The holidays offer a huge creative opportunity, all you have to do is visit Pinterest to find Thanksgiving and Christmas GALORE! Adults shouldn’t be the only ones moved by the season of creating.
1… Add a Little Something to Open-ended Toys
Open-ended toys are toys that can be used in many ways. Wooden Block are a perfect example because they can be used to build a sky scraper, make a fantastic balance beam or even hold up a train track when the supports aren’t tall enough. Adding a little holiday spice to the open-ended toys that already reside in your playroom is an easy (and cheap) way to get your kids creating… holiday style.
~ Pull out red, green, yellow and white Legos and put them into their own bin. (For Thanksgiving or Fall themed bins use brown, orange, red and yellow Legos.) No need to say anything, your little builder might be inspired to make a Christmas tree. They might also be inspired to make a Fire Station. Either way changing the look of the Lego bin is sure to get the creative juices flowing. (Tip: Keep all of the other Legos accessible. That way your kid won’t feel restricted to only what is in the box.)
~For those train loving kids, make a few mini food packages, some tiny plates and a picnic area to celebrate Thanksgiving. Make little presents, add white fluff (to mimic snow) and a North Pole sign to make it a Christmas scene. (Tip: the trick to allowing for creativity is to stop while your ahead. Make only a couple of items to spark an idea, then let your kids do the rest.)
~ Is it dress-up that gets the most attention at your house? Try adding Santa hats, black boots, jingle bells and elf ears. I bet you’ll be amazed at the creative conversations that take place!
2… Display LESS Decorations Than You Normally Would
I’m sure you have boxes of decorations that you can’t wait to pull out, that’s how I am. I love the cozy, cluttered feel of Christmas. If you can resist pulling out everything and leave a few empty spaces, your kids will have a place to display their homemade creations. It might even help to let them overhear that you think the mantel is “missing something”. (Tip: Write your artist’s name and the year on the kid made decorations you can keep, I’ll bet in a few years those will be the ones you can’t wait to see.)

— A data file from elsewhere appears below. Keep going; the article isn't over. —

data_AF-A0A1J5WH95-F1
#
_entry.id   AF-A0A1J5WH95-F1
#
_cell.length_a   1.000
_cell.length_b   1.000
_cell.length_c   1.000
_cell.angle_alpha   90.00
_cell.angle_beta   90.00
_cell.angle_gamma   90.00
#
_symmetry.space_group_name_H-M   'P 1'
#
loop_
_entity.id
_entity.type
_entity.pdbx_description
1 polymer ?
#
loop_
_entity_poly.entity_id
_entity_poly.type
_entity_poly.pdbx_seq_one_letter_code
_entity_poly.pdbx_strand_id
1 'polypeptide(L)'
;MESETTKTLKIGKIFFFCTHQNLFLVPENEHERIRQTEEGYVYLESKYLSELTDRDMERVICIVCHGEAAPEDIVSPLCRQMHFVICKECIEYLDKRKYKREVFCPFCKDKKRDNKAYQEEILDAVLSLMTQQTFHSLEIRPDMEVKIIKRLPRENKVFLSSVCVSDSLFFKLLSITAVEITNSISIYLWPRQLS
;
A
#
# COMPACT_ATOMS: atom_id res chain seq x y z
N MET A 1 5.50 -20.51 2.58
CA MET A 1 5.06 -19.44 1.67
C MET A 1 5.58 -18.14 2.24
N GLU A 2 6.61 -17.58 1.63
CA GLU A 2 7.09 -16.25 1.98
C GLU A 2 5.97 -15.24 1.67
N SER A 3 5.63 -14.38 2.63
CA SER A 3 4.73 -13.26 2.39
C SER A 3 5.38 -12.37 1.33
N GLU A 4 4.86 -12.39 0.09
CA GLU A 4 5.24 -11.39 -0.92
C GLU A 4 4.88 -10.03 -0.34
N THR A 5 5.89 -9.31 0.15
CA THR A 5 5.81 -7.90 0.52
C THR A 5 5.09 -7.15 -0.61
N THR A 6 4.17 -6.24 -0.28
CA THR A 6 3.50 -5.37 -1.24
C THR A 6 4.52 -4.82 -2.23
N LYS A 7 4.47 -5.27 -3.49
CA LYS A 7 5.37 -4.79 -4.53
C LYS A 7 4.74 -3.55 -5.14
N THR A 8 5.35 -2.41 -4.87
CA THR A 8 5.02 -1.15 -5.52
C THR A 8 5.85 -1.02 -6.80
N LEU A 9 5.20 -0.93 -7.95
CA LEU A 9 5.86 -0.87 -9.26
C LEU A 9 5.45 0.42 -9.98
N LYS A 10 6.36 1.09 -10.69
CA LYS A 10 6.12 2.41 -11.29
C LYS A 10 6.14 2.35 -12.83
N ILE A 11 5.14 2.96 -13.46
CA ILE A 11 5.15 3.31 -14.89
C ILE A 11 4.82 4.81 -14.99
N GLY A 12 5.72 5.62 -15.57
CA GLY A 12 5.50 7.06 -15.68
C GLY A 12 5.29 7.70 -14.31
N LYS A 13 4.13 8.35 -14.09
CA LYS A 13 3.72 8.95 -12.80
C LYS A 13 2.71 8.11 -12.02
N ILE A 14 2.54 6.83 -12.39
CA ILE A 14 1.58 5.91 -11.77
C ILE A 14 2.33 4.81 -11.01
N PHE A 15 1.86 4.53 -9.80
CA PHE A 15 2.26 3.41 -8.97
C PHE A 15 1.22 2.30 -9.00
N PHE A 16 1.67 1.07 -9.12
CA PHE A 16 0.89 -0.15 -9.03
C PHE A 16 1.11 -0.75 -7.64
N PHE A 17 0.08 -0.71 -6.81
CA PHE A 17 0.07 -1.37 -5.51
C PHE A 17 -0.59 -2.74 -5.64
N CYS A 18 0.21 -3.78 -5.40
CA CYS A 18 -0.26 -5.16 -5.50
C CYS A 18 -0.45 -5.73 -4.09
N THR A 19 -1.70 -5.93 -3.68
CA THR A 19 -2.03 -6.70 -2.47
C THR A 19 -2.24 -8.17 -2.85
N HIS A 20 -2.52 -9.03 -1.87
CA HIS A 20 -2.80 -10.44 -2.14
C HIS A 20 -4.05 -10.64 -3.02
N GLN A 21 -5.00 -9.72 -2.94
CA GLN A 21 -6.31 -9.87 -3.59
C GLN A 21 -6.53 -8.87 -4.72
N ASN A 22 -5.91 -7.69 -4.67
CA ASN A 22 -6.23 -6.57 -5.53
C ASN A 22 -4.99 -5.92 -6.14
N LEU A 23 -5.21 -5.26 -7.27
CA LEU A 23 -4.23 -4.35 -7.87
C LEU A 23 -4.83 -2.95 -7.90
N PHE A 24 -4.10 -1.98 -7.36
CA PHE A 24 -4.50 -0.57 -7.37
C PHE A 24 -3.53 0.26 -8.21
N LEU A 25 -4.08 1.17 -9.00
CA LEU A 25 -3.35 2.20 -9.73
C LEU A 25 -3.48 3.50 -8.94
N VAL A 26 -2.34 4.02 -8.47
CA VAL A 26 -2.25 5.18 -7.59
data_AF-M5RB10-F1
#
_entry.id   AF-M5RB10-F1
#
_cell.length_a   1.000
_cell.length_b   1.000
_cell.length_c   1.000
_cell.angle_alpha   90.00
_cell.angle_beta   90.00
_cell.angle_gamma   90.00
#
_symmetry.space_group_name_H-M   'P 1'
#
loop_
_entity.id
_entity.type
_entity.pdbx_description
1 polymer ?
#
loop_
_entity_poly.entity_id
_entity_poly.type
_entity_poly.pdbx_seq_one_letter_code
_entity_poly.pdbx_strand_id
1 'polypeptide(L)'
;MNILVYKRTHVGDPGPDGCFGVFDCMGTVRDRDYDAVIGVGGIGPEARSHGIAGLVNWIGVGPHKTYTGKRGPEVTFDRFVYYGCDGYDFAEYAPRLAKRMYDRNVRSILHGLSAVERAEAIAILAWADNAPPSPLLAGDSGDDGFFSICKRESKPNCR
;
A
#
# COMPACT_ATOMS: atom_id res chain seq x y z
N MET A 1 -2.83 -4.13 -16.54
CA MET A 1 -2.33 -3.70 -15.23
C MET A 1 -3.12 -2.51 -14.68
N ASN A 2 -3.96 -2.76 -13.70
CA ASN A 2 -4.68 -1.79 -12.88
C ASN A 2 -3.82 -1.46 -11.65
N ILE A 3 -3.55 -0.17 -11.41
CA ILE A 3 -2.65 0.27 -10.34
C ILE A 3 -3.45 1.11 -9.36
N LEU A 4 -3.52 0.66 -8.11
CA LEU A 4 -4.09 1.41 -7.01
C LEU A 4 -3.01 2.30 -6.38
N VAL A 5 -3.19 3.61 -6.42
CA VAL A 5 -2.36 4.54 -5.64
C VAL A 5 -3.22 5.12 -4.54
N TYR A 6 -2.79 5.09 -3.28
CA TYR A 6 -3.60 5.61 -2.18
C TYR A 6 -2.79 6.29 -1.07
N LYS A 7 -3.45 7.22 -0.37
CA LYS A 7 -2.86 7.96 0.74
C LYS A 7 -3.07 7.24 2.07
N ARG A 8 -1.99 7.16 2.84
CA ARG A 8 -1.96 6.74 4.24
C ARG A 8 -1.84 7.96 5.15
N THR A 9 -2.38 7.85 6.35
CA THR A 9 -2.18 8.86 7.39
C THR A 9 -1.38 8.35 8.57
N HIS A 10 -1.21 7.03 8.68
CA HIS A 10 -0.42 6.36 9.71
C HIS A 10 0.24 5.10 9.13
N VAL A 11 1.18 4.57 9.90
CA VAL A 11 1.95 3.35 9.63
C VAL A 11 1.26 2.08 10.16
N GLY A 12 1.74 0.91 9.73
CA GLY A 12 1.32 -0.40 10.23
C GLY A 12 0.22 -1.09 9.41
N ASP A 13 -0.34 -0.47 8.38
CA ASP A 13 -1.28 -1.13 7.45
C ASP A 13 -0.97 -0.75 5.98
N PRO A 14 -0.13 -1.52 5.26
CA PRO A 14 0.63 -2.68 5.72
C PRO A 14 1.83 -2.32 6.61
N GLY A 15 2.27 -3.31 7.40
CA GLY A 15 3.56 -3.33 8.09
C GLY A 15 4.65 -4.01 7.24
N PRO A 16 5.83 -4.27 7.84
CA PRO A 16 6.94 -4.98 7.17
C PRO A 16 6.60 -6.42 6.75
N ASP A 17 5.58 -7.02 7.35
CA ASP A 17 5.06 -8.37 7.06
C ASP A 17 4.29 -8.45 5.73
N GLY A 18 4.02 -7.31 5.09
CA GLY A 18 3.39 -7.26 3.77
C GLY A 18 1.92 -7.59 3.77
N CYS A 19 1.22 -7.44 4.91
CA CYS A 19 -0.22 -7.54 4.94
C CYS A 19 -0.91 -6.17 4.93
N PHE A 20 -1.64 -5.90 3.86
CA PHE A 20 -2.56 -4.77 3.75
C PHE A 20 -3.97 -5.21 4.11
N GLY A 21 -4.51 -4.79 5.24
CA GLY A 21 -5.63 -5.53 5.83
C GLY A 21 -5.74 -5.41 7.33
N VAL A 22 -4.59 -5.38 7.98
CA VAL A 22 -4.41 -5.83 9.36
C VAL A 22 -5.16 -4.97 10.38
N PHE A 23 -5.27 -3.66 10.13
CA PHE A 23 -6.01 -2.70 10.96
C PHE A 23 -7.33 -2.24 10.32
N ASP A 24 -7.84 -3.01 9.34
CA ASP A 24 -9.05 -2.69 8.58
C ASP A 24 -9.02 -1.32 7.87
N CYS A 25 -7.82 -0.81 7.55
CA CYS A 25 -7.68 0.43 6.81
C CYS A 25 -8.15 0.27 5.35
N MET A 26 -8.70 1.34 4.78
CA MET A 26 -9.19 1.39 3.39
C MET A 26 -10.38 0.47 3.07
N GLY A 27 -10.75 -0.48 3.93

3… Offer Sensory Experience With No Expectations
Oh the smells of Thanksgiving and Christmas. This is the season of sensory overload. Use that to your advantage by setting up creative sensory experiences for your little one.
~Next time you’re at the grocery store pick up some small pumpkins, gourds and Indian corn. Set a basket of these fall color goodies in the playroom and see what happens. If you have a “no touching decorations” policy you might want to let them know these are HANDS ON! (Tip: No expectations means that once it’s in their hands they choose what to do with it. If pulling off the kernels is what they do… let it happen. Feel free to stop pumpkin throwing though. YUCK!)
~Make scented playdough and add a few seasonal accessories. (Tip: make it a family affair, pour yourself something warm to drink and chat with your little one while they work.)
4… Create a Holiday Rich Storytelling Session
~Take out your favorite fall, Thanksgiving and Christmas books (you know the ones that everyone knows by heart). Use the characters, events and places in the stories to make storytelling cards. Help your little one change the ending, the beginning or the entire plot and create an entire new story. (Tip: You can photo copy pictures from the book or better yet have a family drawing session and use the book as inspiration.)
~Use props to bring holiday stories to life. Again use family favorites so the story is easy to tell. (Tip: Tell your kids what your setting up and let them help you collect props. Accept their suggestions… even if you don’t understand the relevance.)
5… Schedule Down Time During This Busy Season
Once we hit November the parties, gatherings, shopping, planning, baking… etc, etc, etc… all start. Kids end up being dragged from place to place (yes sometimes the places are totally cool!) but it leaves very little time for kids to just be. Down time is so important to creativity. It allows them the time to get really involved in play.
This backyard campsite is what happened last Sunday. M and M spent the entire day out back, working together, talking and laughing. They created a space and experience that I would have never thought to encourage. If our schedule would have been crammed with events it never would have happened. (Tip: Write AT HOME DAY in your calendar and don’t budge. Remember it’s just as important as the family Thanksgiving dinner you would never cancel. :))
How does your family celebrate the holidays with CREATIVITY???
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